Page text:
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Abstract. A simplification of a runrelaxed heap, called a relaxed weak queue, is presented. This new priorityqueue implementation supports all operations as efficiently as the original: findmin, insert, and decrease (also called decreasekey) in O(1) worstcase time, and delete in O(lg n) worstcase time, n denoting the number of elements stored prior to the operation. These time bounds are valid on a pointer machine as well as on a randomaccess machine. A relaxed weak queue is a collection of at most ⌊lg n ⌋ + 1 perfect weak heaps, where there are in total at most ⌊lg n ⌋ + 1 nodes that may violate weakheap order. In a pointerbased representation of a perfect weak heap, which is a binary tree, it is enough to use two pointers per node to record parentchild relationships. Due to decrease, each node must store one additional pointer. The auxiliary data structures maintained to keep track of perfect weak heaps and potential violation nodes only require O(lg n) words of storage. That is, excluding the space used by the elements themselves, the total space usage of a relaxed weak queue can be as low as 3n + O(lg n) words. ACM CCS Categories and Subject Descriptors. E.1 [Data Structures]: Lists, stacks, and queues; E.2 [Data Storage Representations]: Linked representations;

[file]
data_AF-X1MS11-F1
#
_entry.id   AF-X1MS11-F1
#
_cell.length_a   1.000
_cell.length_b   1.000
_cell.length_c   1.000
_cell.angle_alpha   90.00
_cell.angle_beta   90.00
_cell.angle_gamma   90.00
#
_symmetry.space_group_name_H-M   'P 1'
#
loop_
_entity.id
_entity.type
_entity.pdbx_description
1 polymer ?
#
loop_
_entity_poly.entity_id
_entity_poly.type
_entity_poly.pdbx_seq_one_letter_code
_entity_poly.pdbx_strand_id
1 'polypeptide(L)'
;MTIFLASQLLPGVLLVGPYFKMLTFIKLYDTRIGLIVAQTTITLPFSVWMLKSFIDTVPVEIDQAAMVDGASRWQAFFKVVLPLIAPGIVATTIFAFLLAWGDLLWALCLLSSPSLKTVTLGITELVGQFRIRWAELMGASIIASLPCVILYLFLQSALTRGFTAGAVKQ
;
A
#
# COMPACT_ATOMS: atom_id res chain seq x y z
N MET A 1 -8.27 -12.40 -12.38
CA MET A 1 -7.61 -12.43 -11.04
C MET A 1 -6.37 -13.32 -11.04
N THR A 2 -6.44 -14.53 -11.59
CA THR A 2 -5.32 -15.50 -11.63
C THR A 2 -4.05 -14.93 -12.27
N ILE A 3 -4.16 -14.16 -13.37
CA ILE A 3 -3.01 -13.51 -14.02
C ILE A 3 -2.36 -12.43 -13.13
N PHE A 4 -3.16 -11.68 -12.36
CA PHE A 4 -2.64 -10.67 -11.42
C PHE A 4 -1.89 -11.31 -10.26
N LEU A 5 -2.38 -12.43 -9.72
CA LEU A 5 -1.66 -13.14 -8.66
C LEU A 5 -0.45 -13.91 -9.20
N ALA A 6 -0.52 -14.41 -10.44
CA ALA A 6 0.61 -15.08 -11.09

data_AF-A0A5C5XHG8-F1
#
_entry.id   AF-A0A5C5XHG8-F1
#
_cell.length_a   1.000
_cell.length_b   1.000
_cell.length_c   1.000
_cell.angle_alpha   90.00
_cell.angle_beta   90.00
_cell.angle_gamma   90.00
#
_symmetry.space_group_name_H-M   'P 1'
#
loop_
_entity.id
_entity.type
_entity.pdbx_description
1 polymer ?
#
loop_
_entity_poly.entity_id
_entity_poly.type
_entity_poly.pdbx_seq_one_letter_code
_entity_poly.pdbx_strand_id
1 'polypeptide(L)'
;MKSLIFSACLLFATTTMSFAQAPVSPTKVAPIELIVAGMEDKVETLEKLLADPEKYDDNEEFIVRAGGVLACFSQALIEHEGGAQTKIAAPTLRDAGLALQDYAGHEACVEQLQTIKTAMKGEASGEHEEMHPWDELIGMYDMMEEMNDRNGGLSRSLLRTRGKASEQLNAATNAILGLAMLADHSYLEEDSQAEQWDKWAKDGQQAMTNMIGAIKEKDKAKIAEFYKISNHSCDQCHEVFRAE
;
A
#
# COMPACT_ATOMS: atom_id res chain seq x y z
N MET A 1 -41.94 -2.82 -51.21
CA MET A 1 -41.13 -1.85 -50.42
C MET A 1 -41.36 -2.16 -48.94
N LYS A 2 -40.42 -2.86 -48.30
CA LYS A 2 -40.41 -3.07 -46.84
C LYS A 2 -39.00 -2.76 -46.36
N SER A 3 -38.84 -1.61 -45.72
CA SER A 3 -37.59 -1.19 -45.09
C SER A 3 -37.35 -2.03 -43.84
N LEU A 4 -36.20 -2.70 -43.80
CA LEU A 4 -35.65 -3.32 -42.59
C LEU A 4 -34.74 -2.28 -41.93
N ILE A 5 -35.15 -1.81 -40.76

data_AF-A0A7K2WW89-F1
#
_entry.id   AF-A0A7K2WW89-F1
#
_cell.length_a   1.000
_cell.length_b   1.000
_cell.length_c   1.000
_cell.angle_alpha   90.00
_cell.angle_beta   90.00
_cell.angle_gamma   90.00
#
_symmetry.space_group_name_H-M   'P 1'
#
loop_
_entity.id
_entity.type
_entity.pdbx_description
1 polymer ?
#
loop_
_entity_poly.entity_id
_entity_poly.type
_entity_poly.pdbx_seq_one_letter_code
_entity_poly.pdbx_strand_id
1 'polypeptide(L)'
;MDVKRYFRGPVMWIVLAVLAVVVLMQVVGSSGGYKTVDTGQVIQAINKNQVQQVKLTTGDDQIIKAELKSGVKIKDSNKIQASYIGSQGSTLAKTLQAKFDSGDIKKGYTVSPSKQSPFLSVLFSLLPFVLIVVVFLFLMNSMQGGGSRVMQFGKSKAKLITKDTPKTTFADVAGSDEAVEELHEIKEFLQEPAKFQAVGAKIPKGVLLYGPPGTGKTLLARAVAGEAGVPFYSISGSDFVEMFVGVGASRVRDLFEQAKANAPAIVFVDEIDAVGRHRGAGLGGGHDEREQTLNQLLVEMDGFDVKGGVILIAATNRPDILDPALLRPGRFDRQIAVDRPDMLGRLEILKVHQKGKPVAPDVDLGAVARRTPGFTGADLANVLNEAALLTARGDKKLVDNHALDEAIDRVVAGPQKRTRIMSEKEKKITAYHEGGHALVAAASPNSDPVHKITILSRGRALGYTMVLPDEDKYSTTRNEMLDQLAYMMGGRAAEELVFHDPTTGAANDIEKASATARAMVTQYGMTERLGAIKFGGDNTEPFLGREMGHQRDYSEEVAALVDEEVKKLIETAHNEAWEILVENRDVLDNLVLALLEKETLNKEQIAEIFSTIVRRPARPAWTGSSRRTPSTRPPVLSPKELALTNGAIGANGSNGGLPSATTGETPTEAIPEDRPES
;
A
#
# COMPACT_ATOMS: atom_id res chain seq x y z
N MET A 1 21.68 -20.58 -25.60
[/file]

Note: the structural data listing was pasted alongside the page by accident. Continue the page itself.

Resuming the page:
LRtree: a Logarithmic Decomposable Spatial Index Method
, 2003
"... this paper, we present LRtrees, a new efficient scheme for dynamic manipulation of large datasets, which combines the search performance of the bulkloaded Rtrees with the updated performance of R # trees. Experimental results provide evidence on the latter statement and illustrate the superior ..."
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Cited by 2 (1 self)
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this paper, we present LRtrees, a new efficient scheme for dynamic manipulation of large datasets, which combines the search performance of the bulkloaded Rtrees with the updated performance of R # trees. Experimental results provide evidence on the latter statement and illustrate the superiority of the proposed method